Many people have heard of depositions, but it is surprising the number of times witnesses are unfamiliar with what they are, the purpose behind them, and what is expected of them when subpoenaed for one. This blog will attempt to address the purpose of depositions in criminal cases.
So, what is a deposition in a criminal case? In most counties in Indiana, in order to get a witness’ testimony, under oath, prior to trial, and admissible for impeachment at trial is by conducting formal depositions and having them transcribed. Some counties do allow for what are called “taped statements,” which is a deposition without a court reporter, but we will focus on formal depositions here. Also, this blog will focus more on state criminal charges as depositions are limited at the federal level.
Depositions, simply put, are interviews of witnesses in criminal cases, whereby they are placed under oath, under the penalty for perjury, with a prosecutor present, the defense attorney, and a court reporter who is transcribing every word and either visually and/or audibly recording the questioning. There are circumstances where other observants may be present but can’t speak (i.e. victim advocates, detectives, parents in juvenile cases, civil attorneys, interested legal 3rd parties, etc.).
Whomever is conducting the depositions will begin asking questions of the witness while that witness is under oath. Typically, the rules of evidence are slightly relaxed, as the standard for asking questions is, “will this likely lead to discoverable evidence?” If either party, the prosecutor or defense attorney, believes a question is objectionable they can object for the record. Often times if an objection is aired, a record is made of the objection for argument later at a separate hearing before a judge and the witness is instructed to answer the question despite the objection. There are times when either party may ask to certify the question to a judge before the deposition continues. If this happens, depositions can end prematurely until the judge rules on the objection, and then the deposition continues at a later date. However, this is very rare.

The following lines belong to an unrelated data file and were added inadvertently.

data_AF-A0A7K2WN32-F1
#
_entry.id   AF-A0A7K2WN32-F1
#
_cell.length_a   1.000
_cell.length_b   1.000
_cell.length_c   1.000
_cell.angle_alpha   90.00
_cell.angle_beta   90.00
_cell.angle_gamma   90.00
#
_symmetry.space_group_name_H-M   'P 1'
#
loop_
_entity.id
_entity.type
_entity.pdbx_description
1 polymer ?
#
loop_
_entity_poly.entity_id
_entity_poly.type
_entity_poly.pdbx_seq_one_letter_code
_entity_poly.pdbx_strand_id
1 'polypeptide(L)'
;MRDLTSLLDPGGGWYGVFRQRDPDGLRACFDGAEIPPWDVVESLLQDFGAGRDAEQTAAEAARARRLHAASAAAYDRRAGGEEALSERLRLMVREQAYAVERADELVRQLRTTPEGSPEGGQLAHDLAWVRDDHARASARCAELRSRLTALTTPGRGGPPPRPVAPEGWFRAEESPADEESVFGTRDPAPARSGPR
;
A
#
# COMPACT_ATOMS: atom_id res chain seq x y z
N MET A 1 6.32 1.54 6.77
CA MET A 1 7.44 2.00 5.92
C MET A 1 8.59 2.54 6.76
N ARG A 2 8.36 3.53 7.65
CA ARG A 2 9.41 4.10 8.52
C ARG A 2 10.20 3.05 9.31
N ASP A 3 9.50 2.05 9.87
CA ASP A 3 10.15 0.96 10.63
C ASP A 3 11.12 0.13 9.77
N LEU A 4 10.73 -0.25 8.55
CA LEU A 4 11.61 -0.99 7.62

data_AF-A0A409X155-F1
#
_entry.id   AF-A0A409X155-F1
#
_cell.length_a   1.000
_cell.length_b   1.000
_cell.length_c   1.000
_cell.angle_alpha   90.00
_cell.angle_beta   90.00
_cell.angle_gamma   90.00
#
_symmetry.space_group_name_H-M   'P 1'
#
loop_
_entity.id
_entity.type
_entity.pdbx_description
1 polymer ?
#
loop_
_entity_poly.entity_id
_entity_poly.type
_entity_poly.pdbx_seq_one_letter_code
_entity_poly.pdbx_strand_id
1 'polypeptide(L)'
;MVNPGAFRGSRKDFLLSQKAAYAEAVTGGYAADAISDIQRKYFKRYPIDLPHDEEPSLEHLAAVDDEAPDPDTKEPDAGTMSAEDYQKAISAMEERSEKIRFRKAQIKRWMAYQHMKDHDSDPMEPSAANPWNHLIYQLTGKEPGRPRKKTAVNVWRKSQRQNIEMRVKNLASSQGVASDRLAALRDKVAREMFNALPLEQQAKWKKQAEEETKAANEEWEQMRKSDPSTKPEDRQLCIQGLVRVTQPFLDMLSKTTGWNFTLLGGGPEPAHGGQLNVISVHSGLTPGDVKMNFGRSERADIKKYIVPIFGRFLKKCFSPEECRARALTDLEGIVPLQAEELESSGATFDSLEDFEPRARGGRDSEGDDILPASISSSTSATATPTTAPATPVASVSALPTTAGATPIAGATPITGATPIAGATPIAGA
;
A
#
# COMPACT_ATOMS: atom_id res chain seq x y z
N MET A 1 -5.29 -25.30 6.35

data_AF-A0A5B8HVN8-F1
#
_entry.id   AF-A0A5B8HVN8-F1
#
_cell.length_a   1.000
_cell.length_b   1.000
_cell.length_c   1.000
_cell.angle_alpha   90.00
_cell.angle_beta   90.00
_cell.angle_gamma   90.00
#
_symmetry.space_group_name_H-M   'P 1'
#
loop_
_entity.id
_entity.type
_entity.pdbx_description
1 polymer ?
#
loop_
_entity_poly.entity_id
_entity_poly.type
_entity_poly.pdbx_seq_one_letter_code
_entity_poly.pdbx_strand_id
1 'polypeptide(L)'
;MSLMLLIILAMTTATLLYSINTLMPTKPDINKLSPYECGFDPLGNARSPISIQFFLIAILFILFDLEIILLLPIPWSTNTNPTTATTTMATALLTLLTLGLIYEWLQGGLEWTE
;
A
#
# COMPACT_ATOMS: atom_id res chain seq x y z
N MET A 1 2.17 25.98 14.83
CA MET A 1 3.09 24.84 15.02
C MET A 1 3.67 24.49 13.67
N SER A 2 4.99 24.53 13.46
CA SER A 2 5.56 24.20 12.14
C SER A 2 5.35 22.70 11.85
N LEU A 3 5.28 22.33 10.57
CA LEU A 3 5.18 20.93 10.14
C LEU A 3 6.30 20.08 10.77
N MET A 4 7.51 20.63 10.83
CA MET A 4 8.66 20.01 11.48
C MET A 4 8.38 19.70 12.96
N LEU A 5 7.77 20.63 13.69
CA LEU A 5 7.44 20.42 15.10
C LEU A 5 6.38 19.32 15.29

Depositions are important because they give the questioner a chance to find out what someone’s testimony would be if the case were to go to trial and to lock them into that statement for impeachment purposes later (to contradict prior or subsequent inconsistent statements to impugn character). As such, it is crucial that witnesses tell the truth, think long and hard about their answers, not guess or assume, and stick with what they know. To do otherwise can land them in a situation where their own words can be used against them in the future. The best thing to do is to answer with, “I don’t know” or “I’m not 100% sure” if the witness isn’t certain of their answer. Witnesses can also qualify their statements by saying, “to the best of my recollection . . . .” Typically, if the witness has questions or needs a break, this is allowed by agreement and often is stated before the depositions begin.